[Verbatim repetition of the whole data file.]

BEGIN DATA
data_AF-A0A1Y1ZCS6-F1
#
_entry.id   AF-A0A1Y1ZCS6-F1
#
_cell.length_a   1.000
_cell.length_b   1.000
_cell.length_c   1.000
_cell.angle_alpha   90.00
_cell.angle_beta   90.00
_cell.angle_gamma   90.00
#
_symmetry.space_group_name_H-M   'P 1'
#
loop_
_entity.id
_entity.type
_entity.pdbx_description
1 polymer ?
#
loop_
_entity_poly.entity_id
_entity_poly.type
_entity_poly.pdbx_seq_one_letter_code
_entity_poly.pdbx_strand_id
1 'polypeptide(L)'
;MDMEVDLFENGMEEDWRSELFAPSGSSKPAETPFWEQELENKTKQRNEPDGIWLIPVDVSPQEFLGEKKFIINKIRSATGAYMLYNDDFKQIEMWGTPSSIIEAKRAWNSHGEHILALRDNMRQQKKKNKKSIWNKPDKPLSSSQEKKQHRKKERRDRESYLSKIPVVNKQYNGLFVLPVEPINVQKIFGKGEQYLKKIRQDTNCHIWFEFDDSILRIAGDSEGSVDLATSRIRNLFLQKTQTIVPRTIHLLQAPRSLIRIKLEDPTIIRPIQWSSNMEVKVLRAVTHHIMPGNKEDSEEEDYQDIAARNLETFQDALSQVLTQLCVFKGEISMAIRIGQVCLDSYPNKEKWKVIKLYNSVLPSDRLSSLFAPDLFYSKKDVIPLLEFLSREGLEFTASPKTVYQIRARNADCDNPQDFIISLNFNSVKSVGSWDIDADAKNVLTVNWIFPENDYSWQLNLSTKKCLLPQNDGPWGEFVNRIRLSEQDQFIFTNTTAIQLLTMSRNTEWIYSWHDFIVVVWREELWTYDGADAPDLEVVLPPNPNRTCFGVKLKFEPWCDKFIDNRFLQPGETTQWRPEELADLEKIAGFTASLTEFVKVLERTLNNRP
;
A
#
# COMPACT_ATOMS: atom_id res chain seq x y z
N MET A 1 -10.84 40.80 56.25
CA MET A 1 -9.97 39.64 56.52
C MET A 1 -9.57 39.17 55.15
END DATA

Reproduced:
data_AF-A0A1Y1ZCS6-F1
#
_entry.id   AF-A0A1Y1ZCS6-F1
#
_cell.length_a   1.000
_cell.length_b   1.000
_cell.length_c   1.000
_cell.angle_alpha   90.00
_cell.angle_beta   90.00
_cell.angle_gamma   90.00
#
_symmetry.space_group_name_H-M   'P 1'
#
loop_
_entity.id
_entity.type
_entity.pdbx_description
1 polymer ?
#
loop_
_entity_poly.entity_id
_entity_poly.type
_entity_poly.pdbx_seq_one_letter_code
_entity_poly.pdbx_strand_id
1 'polypeptide(L)'
;MDMEVDLFENGMEEDWRSELFAPSGSSKPAETPFWEQELENKTKQRNEPDGIWLIPVDVSPQEFLGEKKFIINKIRSATGAYMLYNDDFKQIEMWGTPSSIIEAKRAWNSHGEHILALRDNMRQQKKKNKKSIWNKPDKPLSSSQEKKQHRKKERRDRESYLSKIPVVNKQYNGLFVLPVEPINVQKIFGKGEQYLKKIRQDTNCHIWFEFDDSILRIAGDSEGSVDLATSRIRNLFLQKTQTIVPRTIHLLQAPRSLIRIKLEDPTIIRPIQWSSNMEVKVLRAVTHHIMPGNKEDSEEEDYQDIAARNLETFQDALSQVLTQLCVFKGEISMAIRIGQVCLDSYPNKEKWKVIKLYNSVLPSDRLSSLFAPDLFYSKKDVIPLLEFLSREGLEFTASPKTVYQIRARNADCDNPQDFIISLNFNSVKSVGSWDIDADAKNVLTVNWIFPENDYSWQLNLSTKKCLLPQNDGPWGEFVNRIRLSEQDQFIFTNTTAIQLLTMSRNTEWIYSWHDFIVVVWREELWTYDGADAPDLEVVLPPNPNRTCFGVKLKFEPWCDKFIDNRFLQPGETTQWRPEELADLEKIAGFTASLTEFVKVLERTLNNRP
;
A
#
# COMPACT_ATOMS: atom_id res chain seq x y z
N MET A 1 -10.84 40.80 56.25
CA MET A 1 -9.97 39.64 56.52
C MET A 1 -9.57 39.17 55.15